Additional concerns regarding refugees, were expressed by the international community after an article published in the legal forum Just security of NYU with testimonial information coming from Deutsche Welle, reported more than 10 incidents of asylum seekers being deported from the Greek islands in inflatable rafts and pushed into Turkish territorial waters since March 2020. These asylum seekers reportedly reached the Greek islands, remained under custody and supervision for several hours and were thrown back into the sea. It is no secret that the islands themselves are immensely overcrowded and are struggling to function under the lockdown imposed by the pandemic even without additional arrivals, however, the denial of asylum procedures to asylum seekers is a serious violation of the international law as well as that of the EU. Greek authorities have denied their involvement in these instances (Reidy, 2020).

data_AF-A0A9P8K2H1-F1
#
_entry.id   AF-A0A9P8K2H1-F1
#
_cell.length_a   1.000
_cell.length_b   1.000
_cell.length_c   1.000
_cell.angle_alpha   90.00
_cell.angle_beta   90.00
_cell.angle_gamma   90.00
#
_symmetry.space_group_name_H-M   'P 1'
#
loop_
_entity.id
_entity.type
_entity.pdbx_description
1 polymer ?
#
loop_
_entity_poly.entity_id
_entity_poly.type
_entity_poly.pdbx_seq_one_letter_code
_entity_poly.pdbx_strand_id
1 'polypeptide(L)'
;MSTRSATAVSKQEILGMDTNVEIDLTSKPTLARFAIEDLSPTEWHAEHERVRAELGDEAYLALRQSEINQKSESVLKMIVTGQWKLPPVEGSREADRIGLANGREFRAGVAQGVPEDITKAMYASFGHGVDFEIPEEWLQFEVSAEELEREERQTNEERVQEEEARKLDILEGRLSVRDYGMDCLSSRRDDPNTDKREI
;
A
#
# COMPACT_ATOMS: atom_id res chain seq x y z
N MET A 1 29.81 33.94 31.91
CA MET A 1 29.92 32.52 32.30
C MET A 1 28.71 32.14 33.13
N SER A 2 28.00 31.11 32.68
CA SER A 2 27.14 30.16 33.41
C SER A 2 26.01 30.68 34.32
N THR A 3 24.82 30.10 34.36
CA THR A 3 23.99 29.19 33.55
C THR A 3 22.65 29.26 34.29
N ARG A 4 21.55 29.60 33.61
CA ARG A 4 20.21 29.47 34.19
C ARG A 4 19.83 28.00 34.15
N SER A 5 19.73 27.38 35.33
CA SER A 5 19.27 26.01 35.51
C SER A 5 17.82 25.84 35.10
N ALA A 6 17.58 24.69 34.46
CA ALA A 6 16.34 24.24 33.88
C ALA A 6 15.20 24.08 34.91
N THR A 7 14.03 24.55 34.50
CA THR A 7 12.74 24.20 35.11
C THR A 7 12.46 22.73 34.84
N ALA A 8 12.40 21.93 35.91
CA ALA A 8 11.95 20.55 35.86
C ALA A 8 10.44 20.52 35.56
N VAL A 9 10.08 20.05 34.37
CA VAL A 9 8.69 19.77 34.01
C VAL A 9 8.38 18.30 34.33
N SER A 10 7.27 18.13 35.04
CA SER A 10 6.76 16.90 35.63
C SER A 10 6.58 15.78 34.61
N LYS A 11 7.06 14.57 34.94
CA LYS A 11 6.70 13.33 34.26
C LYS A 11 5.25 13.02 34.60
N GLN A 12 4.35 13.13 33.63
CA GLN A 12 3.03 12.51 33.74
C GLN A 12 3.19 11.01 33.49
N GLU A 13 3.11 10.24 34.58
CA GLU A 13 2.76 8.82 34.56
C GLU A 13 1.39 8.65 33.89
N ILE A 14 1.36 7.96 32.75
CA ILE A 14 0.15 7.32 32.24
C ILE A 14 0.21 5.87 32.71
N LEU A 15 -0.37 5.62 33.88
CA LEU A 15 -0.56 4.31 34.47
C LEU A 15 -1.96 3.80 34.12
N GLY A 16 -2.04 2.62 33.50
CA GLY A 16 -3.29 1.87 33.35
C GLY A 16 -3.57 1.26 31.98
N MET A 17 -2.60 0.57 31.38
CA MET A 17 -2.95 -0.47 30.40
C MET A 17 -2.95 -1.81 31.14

The Greek government is obligated to provide the basic sanitary and health conditions of living not only to its citizens but also to the people who are currently living within its borders and under its protection. Athens has declared that Greece is fulfilling its international obligations and will continue to do so. The reports and evidence coming from the refugee camps decidedly prove otherwise. The neglect from the Greek government regarding the conditions these camps offer for the people living in them and the reluctance to offer aid in improving them is undeniable. There are no real measures being taken to provide the basic hygienic conditions that the country is obligated to provide to people especially not only during the pandemic but also in normal times. Attempts at evacuating part of the population of the camps, remained on paper for two months, as the risk of a fatal outbreak of coronavirus was at an all time high and the help offered to the refugees in these camps at an all time low. Athens has repeatedly declared that they are doing all they can and have pledged to do more to alleviate the gravity of the situation. Results, however, are yet to be seen.
Author: Keti Bocaj